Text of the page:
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Featured City Vaughn

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While gold mining in Nelson Gulch near Helena, MontanaWelsh American Robert Vaughn became convinced that Montana was excellent ranching and farming country. In the fall of 1869 he traveled into Chouteau County, Montana, which at the time covered nearly a sixth of the state. He homesteaded about 9 miles (14 km) upstream from where the Sun River joined the Missouri River. He returned to Helena and filed paperwork to claim the land, and learned he was the first to file for a homestead in Chouteau County.  Although Vaughn started by farming, he quickly turned to ranching. He imported many pure-bred cattle and horses, and his horses were some of the best in the state.

Vaughn's wife Elizabeth died of complications from childbirth on January 13, 1888. Crushed by her passing, Vaughn determined to sell his ranch and move into the neighboring city, Great Falls. Vaughn sold his ranch in 1890 to "Captain" Thomas Couch, a Cornish immigrant, miner, and manager of the Boston and Montana Consolidated Copper and Silver Mining Company in Great Falls.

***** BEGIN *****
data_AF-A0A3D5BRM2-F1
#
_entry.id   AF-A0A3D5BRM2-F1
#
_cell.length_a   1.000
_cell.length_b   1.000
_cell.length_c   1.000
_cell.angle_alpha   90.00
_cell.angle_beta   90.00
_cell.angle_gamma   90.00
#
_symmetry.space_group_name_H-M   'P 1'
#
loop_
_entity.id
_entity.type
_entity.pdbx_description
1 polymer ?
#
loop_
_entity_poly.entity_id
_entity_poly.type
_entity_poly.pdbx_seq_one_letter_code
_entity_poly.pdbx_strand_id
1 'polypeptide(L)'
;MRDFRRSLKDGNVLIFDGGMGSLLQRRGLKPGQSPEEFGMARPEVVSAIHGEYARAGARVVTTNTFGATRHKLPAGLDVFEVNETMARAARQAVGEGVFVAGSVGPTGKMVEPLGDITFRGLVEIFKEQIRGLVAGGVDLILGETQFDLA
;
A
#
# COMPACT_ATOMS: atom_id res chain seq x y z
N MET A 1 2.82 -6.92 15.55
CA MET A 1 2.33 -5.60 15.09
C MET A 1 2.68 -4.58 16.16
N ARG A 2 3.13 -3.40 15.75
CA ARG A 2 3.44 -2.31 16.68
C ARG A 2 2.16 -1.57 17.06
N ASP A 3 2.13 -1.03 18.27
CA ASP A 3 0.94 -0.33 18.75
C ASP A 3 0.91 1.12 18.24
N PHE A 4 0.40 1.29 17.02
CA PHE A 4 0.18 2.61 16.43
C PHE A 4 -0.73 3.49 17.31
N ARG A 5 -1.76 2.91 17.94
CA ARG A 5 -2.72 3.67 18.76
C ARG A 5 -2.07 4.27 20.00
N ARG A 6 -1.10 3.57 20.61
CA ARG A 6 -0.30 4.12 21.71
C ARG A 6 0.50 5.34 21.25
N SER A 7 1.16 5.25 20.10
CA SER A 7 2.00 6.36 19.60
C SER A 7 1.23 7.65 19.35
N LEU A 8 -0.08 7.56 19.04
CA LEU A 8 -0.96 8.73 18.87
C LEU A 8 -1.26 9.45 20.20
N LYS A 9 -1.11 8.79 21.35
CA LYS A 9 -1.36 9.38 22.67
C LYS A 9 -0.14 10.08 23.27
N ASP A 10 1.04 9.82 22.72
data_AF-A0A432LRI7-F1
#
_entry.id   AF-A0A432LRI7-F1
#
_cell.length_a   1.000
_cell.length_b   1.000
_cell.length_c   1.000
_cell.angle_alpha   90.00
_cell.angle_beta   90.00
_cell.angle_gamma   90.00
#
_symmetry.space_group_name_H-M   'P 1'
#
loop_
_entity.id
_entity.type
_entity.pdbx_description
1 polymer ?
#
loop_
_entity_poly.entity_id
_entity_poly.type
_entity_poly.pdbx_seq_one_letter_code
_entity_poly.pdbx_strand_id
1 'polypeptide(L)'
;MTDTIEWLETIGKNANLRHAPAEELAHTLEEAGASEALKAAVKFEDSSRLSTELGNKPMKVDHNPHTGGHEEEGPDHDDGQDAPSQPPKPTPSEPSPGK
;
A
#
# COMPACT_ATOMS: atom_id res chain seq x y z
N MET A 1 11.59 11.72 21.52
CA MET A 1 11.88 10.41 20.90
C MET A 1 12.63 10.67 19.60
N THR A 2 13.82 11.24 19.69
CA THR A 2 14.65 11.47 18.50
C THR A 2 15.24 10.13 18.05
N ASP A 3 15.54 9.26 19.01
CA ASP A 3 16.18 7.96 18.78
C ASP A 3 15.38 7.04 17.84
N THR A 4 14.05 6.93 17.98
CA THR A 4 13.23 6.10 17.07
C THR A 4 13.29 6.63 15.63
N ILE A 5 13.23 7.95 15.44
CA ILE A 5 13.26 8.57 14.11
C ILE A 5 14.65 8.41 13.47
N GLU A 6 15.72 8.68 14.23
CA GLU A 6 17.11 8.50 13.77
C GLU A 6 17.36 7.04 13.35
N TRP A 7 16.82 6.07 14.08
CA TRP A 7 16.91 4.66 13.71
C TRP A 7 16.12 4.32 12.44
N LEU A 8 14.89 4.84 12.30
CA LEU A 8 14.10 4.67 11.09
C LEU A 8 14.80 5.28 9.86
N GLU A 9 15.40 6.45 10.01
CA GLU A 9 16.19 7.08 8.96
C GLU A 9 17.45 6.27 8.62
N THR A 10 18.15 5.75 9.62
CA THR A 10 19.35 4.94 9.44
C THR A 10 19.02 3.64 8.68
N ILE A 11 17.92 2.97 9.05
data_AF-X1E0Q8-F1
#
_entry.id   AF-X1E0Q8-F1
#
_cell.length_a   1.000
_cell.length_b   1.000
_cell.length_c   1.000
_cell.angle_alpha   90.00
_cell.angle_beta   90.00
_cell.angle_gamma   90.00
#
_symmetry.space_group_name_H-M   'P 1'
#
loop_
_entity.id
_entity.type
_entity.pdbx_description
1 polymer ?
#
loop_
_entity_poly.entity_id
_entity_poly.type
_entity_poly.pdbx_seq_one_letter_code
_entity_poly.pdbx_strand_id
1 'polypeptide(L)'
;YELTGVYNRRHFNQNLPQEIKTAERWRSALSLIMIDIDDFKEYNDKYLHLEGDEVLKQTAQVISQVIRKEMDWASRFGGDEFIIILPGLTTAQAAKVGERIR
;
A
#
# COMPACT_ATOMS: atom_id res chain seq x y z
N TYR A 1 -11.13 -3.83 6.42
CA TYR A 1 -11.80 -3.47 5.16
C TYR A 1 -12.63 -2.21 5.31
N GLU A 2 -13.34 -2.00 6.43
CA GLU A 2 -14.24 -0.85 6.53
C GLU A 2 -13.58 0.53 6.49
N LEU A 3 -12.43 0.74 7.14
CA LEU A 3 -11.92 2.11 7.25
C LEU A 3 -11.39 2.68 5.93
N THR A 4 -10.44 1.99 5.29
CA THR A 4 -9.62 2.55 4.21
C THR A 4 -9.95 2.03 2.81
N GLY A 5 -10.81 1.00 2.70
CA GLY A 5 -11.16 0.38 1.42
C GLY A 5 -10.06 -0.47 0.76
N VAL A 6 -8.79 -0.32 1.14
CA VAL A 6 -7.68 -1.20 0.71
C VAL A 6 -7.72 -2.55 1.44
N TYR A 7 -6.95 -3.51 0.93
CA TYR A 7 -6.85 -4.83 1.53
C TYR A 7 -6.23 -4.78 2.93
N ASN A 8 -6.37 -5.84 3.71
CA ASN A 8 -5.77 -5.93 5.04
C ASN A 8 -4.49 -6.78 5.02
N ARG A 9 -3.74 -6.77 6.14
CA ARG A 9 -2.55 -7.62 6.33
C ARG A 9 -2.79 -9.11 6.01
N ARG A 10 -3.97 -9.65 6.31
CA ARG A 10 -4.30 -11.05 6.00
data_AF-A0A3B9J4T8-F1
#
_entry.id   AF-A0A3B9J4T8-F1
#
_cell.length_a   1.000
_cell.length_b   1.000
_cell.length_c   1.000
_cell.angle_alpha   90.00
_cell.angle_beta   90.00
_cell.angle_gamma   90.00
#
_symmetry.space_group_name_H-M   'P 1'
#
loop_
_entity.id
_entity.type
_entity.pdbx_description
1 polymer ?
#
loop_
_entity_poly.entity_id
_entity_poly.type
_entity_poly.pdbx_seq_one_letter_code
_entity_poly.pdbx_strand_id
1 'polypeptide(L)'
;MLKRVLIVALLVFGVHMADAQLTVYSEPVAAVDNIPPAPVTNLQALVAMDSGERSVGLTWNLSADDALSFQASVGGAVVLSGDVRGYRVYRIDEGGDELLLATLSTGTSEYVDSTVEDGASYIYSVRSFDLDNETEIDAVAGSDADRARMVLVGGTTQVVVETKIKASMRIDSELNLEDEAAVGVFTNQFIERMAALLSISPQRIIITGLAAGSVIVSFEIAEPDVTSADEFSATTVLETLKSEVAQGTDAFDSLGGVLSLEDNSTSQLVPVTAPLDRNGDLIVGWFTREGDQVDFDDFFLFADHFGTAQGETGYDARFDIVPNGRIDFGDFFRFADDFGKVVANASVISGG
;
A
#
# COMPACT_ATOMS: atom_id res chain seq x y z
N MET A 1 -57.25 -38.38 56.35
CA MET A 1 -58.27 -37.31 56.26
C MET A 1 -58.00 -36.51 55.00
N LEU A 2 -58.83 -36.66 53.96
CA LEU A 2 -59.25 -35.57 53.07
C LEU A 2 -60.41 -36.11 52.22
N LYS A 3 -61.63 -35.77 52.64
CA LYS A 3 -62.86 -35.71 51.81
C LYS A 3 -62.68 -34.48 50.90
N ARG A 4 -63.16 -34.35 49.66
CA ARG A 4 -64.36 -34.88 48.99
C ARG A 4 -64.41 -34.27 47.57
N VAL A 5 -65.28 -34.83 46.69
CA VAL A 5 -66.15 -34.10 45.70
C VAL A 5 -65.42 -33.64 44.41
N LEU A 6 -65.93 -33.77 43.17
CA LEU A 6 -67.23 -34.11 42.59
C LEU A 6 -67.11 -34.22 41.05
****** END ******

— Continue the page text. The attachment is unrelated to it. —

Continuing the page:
In 1890, the North Western Coal and Navigation Company built the Great Falls & Canada Railway, a narrow gauge railway running from Sweet Grass, Montana (at the Canada–US border) to the Robert Vaughn Ranch.[6] Meant for coal transport to Lethbridge, Alberta, the railroad was named the "Turkey Trail". The railroad led to a settlement around its last stop, and in 1910 Couch settled a town there. This town he named Vaughn, after Robert Vaughn.

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IDX information is provided exclusively for consumers' personal, non-commercial use, may not be used for any purpose other than to identify prospective properties consumers may be interested in purchasing, and is deemed reliable but is not guaranteed accurate by the Montana Regional MLS.
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